3. Create dynamics in characters, scenes, and plots. Although this one’s a bit more on the practical side of things, I think it fits in well with this article because it is, I believe, a main part of how to write powerfully. So, what do I mean by dynamics? You need to create opposing forces, such as an extravert versus an introvert, a mouse blinking up at a lion, a bad guy dangling a little girl off a cliff. Simple, right? Now think further. Irony, the presentation of something that is the opposite of what we’d expect, is also a huge part of creating dynamics. For creating dynamic characters, think of the character Reepacheep in Narnia who thinks of himself as an honorable fighter, which catches us by surprise, because it’s the opposite of what we expect from a mouse (Usually when I think mouse, I think timid, weak, and afraid.)

When it comes to creating dynamics in scenes, think contrast. You don’t want the same thing happening, or the same feelings going on all the time. This one’s hard to explain, so here’s an example from a book I’m writing:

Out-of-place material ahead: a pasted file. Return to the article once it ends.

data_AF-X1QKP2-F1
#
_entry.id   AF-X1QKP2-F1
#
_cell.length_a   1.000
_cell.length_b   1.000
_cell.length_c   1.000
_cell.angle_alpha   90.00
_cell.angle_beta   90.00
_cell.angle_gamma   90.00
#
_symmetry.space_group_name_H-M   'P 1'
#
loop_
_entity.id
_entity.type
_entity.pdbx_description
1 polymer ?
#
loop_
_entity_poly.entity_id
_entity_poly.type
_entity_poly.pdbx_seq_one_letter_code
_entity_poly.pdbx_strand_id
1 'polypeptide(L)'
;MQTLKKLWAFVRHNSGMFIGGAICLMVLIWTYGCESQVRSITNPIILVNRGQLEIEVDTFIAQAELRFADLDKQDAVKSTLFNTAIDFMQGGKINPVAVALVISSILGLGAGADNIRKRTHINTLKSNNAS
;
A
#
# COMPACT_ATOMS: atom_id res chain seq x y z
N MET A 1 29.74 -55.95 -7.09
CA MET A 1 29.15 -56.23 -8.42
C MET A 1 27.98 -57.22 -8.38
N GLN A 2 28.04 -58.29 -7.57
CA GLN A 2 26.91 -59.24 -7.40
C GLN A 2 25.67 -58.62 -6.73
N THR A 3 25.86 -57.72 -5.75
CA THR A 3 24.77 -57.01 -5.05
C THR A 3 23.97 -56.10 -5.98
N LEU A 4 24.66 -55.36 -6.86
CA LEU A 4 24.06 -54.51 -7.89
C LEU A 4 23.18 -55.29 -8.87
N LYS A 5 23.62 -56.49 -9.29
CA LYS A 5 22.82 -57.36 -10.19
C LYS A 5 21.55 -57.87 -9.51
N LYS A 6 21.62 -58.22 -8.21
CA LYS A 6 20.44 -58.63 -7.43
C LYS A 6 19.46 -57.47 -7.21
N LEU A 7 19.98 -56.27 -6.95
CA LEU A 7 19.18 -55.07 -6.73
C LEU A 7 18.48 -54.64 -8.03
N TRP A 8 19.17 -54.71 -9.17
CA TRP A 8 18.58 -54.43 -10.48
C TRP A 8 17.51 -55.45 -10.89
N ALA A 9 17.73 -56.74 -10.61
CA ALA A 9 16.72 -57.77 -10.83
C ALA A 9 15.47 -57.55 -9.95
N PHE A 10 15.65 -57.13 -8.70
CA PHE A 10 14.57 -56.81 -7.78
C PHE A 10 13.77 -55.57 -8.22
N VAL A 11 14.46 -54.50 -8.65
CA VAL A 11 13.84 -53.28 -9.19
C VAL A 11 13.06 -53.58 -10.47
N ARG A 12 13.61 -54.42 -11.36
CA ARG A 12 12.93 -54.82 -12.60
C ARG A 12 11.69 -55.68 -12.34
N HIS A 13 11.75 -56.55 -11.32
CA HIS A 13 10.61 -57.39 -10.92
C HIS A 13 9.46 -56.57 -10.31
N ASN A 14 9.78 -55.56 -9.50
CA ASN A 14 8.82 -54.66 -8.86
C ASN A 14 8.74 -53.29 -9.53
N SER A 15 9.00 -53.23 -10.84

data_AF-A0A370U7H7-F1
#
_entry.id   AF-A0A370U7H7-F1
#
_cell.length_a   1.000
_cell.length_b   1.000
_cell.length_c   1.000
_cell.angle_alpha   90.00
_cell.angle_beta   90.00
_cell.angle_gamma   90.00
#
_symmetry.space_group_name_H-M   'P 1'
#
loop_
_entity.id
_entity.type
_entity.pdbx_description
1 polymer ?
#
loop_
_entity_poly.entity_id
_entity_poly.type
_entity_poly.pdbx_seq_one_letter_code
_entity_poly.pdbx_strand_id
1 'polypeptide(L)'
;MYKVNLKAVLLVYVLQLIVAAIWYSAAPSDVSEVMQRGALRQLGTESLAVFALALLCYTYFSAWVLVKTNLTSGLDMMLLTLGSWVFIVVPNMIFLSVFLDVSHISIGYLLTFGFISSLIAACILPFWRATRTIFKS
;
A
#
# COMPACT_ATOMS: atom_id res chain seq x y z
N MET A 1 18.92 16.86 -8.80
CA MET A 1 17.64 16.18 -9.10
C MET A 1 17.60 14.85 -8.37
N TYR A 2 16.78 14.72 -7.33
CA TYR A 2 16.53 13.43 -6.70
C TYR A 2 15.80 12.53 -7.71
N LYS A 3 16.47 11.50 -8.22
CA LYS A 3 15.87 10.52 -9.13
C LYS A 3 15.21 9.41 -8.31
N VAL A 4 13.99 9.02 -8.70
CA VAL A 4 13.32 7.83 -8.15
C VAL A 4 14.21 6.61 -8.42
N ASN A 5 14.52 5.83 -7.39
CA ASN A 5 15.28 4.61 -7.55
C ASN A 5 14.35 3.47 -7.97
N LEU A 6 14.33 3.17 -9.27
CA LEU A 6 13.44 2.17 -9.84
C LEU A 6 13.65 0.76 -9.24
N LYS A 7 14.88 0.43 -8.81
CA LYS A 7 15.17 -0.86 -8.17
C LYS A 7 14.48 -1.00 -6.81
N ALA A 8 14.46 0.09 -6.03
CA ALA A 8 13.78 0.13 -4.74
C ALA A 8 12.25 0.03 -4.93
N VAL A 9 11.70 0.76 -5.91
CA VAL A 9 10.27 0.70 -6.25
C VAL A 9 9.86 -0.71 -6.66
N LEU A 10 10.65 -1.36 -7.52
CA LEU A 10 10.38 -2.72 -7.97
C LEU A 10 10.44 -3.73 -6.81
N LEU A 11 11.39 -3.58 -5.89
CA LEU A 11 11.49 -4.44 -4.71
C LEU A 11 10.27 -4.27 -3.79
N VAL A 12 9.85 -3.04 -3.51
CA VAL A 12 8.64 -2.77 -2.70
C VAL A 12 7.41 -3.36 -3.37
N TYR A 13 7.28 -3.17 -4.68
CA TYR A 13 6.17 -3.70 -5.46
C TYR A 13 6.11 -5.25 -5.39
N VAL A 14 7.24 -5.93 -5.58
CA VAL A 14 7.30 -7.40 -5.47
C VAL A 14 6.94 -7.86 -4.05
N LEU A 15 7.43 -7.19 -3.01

“Early the next morning, I awoke with a feeling of peacefulness, until the sharp odor of death filled my nostrils. Suddenly, I was hit by the horrific memories of the day before.”

Instead of the character waking up immediately terrified, she wakes up feeling at peace, only moments later to remember everything and grow afraid. This contrast in feelings within a scene creates dynamics and tension, making the reader much more in tune with the characters’ emotions.

For fun, here’s a picture of what I imagine the main character, Sigrid, to look like in my book, The Thrall’s Sword, which you can read about here.

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Finally, you can create dynamics within the plot by having both moments of success and failures, both happiness and despair. You especially want to create that high climax, truly putting your characters at their wits’ end, so the grand beautiful happy ending (if you choose to have one) is much more realistic and satisfying.